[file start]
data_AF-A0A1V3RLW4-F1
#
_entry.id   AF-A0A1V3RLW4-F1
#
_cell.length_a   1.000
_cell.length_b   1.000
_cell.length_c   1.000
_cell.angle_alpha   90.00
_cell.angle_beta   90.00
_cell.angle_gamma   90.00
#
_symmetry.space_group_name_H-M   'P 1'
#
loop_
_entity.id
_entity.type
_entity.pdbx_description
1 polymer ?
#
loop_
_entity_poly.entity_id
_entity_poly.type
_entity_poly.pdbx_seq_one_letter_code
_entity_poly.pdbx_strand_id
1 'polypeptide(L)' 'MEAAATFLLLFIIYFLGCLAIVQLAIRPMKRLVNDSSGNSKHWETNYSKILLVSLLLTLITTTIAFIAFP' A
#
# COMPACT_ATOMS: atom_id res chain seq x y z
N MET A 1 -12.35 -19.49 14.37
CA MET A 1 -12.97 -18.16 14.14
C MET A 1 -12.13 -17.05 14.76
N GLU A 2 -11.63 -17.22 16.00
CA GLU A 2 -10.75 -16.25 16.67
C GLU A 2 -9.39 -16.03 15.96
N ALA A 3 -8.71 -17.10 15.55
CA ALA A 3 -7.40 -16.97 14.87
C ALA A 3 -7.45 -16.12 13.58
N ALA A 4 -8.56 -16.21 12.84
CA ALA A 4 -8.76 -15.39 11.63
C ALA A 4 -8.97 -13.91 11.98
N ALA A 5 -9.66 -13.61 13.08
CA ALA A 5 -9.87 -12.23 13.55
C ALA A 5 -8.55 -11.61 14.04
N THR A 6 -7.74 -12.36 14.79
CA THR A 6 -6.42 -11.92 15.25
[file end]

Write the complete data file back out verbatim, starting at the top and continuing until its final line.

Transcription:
data_AF-A0A1V3RLW4-F1
#
_entry.id   AF-A0A1V3RLW4-F1
#
_cell.length_a   1.000
_cell.length_b   1.000
_cell.length_c   1.000
_cell.angle_alpha   90.00
_cell.angle_beta   90.00
_cell.angle_gamma   90.00
#
_symmetry.space_group_name_H-M   'P 1'
#
loop_
_entity.id
_entity.type
_entity.pdbx_description
1 polymer ?
#
loop_
_entity_poly.entity_id
_entity_poly.type
_entity_poly.pdbx_seq_one_letter_code
_entity_poly.pdbx_strand_id
1 'polypeptide(L)' 'MEAAATFLLLFIIYFLGCLAIVQLAIRPMKRLVNDSSGNSKHWETNYSKILLVSLLLTLITTTIAFIAFP' A
#
# COMPACT_ATOMS: atom_id res chain seq x y z
N MET A 1 -12.35 -19.49 14.37
CA MET A 1 -12.97 -18.16 14.14
C MET A 1 -12.13 -17.05 14.76
N GLU A 2 -11.63 -17.22 16.00
CA GLU A 2 -10.75 -16.25 16.67
C GLU A 2 -9.39 -16.03 15.96
N ALA A 3 -8.71 -17.10 15.55
CA ALA A 3 -7.40 -16.97 14.87
C ALA A 3 -7.45 -16.12 13.58
N ALA A 4 -8.56 -16.21 12.84
CA ALA A 4 -8.76 -15.39 11.63
C ALA A 4 -8.97 -13.91 11.98
N ALA A 5 -9.66 -13.61 13.08
CA ALA A 5 -9.87 -12.23 13.55
C ALA A 5 -8.55 -11.61 14.04
N THR A 6 -7.74 -12.36 14.79
CA THR A 6 -6.42 -11.92 15.25